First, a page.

The Christian Right: Georgia's On Their Mind

Monday, April 24, 2006

The Christian Right: Georgia's On Their Mind

Bible-thumping conservatives are at it again. Georgia's GOP governor just recently signed a bill into law that creates an elective course on the history of the Bible. According to the latest issue of Newsweek, a key question now is which Bible curriculum will local districts decide to use:

... two groups with national influence and powerful backers are offering states comprehensive curricula. .... the National Council for Bible Curriculum in Public Schools, backed by a long list of conservative evangelicals, including Pat Robertson, says its curriculum is already taught in 353 school districts.

[A new] study, written by Mark Chancey of Southern Methodist University, says that the (National Council) program teaches the Bible from a primarily conservative Protestant view. The council says its approach is constitutional.

... State Sen. Tommie Williams, one of the Georgia bill's authors, used the council's curriculum as a guide when drafting his proposal. "We simply have to teach 'This is what happened — make your own judgments'," he says.

How does he know "what happened" thousands of years ago in Biblical times? The events described in the Bible are what a court of law would call "heresay." So it's presumptuous for Williams or anyone else to say, "This is what happened."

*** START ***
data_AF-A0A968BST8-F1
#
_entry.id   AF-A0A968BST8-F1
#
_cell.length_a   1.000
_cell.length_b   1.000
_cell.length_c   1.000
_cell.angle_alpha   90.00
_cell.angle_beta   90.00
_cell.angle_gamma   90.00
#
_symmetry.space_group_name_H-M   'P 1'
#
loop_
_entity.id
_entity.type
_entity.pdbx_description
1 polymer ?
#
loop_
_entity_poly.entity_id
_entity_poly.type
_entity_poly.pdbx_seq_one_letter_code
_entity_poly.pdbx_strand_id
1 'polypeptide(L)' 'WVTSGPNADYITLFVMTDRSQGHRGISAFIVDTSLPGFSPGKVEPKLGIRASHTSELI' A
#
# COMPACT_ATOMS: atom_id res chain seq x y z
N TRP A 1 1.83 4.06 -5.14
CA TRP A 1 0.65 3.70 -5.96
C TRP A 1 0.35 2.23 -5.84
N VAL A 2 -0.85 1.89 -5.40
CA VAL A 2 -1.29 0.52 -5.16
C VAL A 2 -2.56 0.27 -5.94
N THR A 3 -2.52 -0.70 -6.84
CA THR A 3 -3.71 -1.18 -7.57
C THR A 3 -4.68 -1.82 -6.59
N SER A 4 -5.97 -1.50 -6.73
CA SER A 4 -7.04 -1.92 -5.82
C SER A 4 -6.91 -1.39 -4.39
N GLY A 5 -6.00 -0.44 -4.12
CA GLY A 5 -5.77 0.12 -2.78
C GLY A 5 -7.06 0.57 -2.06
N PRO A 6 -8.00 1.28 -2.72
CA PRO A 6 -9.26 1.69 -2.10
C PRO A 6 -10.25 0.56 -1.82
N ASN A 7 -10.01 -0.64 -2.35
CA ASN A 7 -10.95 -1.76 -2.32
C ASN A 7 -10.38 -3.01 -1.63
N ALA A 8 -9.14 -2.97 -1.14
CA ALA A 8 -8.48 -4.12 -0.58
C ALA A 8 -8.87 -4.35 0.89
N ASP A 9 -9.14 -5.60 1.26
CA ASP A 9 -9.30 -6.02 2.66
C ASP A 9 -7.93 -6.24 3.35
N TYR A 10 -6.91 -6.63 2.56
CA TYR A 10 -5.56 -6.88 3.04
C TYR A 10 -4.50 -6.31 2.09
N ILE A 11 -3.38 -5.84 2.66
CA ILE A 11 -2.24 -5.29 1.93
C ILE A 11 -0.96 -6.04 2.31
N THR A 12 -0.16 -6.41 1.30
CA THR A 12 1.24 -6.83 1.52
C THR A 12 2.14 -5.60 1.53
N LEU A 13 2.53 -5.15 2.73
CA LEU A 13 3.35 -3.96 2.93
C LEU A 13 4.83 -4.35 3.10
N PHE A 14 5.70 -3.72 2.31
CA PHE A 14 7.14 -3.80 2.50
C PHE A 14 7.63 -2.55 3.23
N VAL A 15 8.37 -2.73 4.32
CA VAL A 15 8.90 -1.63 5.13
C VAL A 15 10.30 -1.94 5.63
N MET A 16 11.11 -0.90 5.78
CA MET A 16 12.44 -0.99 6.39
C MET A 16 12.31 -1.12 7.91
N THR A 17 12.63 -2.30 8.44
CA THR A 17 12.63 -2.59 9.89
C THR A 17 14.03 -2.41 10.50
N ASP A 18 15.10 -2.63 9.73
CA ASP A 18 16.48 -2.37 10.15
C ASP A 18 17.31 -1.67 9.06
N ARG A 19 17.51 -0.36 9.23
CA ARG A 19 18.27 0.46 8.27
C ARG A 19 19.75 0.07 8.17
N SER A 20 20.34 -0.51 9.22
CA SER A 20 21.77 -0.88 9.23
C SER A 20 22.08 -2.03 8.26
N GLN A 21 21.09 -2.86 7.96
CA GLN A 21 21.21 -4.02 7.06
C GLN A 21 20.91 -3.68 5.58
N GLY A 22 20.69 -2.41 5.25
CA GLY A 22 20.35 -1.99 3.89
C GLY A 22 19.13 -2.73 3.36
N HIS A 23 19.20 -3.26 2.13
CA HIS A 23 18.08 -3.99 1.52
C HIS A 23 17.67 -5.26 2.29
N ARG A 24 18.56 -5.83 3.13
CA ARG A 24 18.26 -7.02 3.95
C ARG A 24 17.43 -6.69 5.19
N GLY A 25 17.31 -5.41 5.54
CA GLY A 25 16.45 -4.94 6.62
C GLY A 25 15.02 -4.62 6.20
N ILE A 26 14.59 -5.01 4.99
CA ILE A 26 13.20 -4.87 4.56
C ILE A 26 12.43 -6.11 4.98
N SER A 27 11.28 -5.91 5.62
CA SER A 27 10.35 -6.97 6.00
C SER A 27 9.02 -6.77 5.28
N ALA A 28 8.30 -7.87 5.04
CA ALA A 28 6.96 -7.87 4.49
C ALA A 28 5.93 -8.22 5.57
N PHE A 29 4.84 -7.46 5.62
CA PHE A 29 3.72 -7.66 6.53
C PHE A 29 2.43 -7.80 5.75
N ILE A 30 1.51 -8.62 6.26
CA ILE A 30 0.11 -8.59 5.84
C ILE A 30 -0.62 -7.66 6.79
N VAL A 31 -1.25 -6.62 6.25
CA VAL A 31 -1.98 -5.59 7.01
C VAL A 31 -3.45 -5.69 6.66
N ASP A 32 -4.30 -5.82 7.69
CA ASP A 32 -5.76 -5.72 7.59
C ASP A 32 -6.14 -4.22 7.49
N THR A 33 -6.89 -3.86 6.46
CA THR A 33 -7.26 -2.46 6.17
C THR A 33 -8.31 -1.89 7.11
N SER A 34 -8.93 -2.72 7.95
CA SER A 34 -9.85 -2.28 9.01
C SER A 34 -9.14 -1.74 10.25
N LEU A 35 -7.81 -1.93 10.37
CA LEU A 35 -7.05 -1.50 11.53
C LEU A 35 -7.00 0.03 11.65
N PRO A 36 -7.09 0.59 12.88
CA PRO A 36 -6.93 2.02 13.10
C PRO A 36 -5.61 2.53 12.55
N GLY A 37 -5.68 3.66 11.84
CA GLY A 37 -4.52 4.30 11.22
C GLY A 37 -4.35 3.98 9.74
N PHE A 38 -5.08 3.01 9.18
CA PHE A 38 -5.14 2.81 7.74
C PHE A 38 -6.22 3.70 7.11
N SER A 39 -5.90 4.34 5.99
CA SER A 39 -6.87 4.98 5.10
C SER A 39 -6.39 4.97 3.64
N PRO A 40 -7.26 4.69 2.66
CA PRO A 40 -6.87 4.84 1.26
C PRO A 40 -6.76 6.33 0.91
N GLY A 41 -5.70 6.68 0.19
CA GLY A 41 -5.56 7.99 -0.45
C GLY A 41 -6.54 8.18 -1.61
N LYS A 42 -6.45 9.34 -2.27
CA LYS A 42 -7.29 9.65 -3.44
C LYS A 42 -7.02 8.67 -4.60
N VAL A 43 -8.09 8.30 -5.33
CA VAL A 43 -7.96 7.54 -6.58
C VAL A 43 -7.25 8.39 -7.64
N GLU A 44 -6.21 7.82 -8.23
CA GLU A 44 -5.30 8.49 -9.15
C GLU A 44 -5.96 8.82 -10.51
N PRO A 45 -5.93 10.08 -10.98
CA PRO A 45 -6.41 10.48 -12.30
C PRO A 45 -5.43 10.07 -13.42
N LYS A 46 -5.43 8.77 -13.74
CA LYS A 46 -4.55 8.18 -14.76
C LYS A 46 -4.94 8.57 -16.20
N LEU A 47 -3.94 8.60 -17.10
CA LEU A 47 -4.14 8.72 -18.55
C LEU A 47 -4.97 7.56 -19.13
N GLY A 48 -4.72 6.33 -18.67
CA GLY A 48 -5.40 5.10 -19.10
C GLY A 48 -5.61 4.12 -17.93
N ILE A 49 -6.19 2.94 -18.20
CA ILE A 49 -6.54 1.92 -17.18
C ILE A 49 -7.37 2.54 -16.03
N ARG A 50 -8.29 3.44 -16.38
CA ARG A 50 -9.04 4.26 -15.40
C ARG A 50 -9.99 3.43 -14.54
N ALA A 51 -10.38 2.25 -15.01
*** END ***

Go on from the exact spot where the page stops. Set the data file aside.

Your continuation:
Williams' statement also strikes me as contradictory. Telling students, "This is what happened," suggests that there's no room for them to "make [their] own judgments."

Of course, the most intense debate over the Bible lies not in the events or "what happened," but, instead, in what the Bible supposedly teaches about morality and human behavior. Putting the State in the position of interpreting these Biblical teachings is completely inappropriate.

Of course, even if we somehow knew what the correct interpretation of the Bible was, there's no reason why that interpretation should be taught in a manner that elevates it above other religious or non-religious points of view.

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